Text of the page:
Project Management and Little Donut Muffins

I had the privilege last night of joining a panel as part of DUL Digital Scholarship Service‘s Doing DH series. This is a great series and the panel format is a lot of fun: 5-minute lightning rounds followed by free-roaming discussion. The subjects are interesting: this one, project management. And the panel itself was great: Mary Caton Lingold, Erin Parish, and Ashley Reed are doing fantastic things! I wish I had been so with-it as a grad student!

So far so good. But what do I know about project management?!?

For about a decade now I’ve had the privilege of working with a number of brilliant colleagues from several fields, distributed across 5 time zones, with an annual budget ranging from a million dollars to zero. What little I know about project management I learned on the job, often the hard way, sometimes through failure. So, I figured I’d just offer the panel a list of maxims, lessons that I think I’ve learned along the way.

Some members of the audience asked for the list…so here it is. This is not meant to be exhaustive, prescriptive, scientific, or well informed! These are just a few of the notions I try to keep in mind while collaborating struggling to keep up with a bunch of brilliant scholars.

  • It is crucial to begin with a clear idea of a need; in fact, the multiple needs of multiple users and user scenarios. Try to keep your user and the interface as close to the initial design and build process as possible.
  • Try to decide what you need in the first case without reference to what packages you can buy. Start with needs not solutions.
  • Relationships are important; people work better when they want to help each other; when they don’t want to let each other down. Eat together. Laugh together. Sleep on couches. Meet families. Take the time.
  • Inefficiency is not always bad; duplication is not always bad; sometimes you have to have the painful go-nowhere conversations to pave the way for more productive talk.
  • Try to avoid over-engineering whenever possible. Don’t throw technical solutions at problems that are really social.
  • Constantly revisit even basics. Never assume that everyone understands each other. Don’t learn two years into a project that “document” means two different things to two different developers. 
  • Learn fast the distinctive strengths of each team member; always think about solving problems through creative combination of complementary strengths.
  • Assume that for any given problem the brilliant solution could come from anyone in the room. 
  • Aim high. It is better to have way more deliverables than you can make; way more ideas than you can develop. Focus on the good that you build and not on the things that you couldn’t. 
  • If you are like me you don’t want to tell people what to do. Sometimes you have to. That doesn’t make you a bad person.
  • Stock your team with the smartest people you can find. Try to articulate a clear set of goals. Get the hell out of their way.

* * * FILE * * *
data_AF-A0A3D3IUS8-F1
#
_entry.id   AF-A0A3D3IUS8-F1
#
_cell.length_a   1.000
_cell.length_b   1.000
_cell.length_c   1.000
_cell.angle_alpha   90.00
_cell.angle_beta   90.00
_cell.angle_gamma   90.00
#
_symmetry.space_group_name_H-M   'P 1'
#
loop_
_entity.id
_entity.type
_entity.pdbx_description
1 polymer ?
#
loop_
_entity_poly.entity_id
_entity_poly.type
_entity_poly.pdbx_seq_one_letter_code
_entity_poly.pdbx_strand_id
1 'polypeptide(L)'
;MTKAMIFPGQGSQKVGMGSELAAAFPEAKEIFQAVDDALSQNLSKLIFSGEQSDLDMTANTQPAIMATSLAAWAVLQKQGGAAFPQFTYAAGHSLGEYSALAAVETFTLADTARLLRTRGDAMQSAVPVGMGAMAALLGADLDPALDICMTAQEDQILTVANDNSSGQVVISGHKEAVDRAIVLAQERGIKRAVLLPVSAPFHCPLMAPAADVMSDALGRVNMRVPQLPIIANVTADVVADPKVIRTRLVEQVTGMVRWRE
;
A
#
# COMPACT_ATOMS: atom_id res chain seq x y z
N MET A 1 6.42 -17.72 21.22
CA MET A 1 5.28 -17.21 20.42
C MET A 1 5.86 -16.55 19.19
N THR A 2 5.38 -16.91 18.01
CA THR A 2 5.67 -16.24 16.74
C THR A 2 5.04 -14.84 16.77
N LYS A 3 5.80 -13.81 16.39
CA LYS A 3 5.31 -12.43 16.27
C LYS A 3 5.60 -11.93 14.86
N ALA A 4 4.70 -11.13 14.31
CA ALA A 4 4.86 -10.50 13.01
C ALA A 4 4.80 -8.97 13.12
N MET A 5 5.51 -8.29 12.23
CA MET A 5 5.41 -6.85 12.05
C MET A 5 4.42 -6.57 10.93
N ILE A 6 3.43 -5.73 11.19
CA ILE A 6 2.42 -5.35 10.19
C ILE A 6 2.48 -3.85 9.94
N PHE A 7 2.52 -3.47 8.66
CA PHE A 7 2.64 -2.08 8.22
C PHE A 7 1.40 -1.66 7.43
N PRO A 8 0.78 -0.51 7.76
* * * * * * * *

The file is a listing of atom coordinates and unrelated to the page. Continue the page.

• Sometimes team members think they cannot do things. Sometimes they’re right. Try to develop a Spidey sense for sensing when they’re not.
  • As my colleague Hugh says, you cannot erase complexity; you can only move it around. That applies, I think, not only to development, but to management as well.
  • Conflict is not bad. Disrespectful conflict is bad. Difficult things are difficult, and talking about them is too. 
  • Develop a network of extra-mural collaborators, trusted colleagues who can offer a disinterested opinion of things. Even the most brilliant team can benefit from an outside perspective.
  • Take good notes. Write down every decision. You think you will remember. You will not. If you don’t understand something ask. It is always good for smart people to explain difficult things, even repeatedly.
  • Soft money sucks. I would rather nurture a small pool of talent over the long term than host an army of transients. 
  • Share the love. When someone does something awesome, say so. Loudly, directly, and to anyone who will listen.
  • Lead through service. Try to do the crap work for your team, so that they don’t have to. 
  • All too often in the DH space the Humanities professor, who tends to be the manager, is thought to be brains of the operation and the programmers mere implementers. That is wrong, short-sighted, stupid, and unsustainable. Don’t think like that.
  • Remember that we spend most of our time failing. Hiding that fact impedes growth. Don’t be afraid to jettison things that don’t work, even things that you built, at consider expense of time and money. Don’t fall prey to the sunken cost fallacy.
  • Finally, try always to relate even the smallest detail to the big picture. Situational awareness of the whole, at all times and at every scale, is your job. Juggling the small and the large at the same time in in my view the manager’s most important, and also most difficult, role.

The conversation was great, stimulating, productive, a lot of fun. It may have helped that panelists and audience members alike had been fueled by the heavenly (or evil, depending on how you look at it) confections of Scratch.

Liz, Will, and anyone else who happens to see this: I’ll speak at any venue that has those little donut/muffins.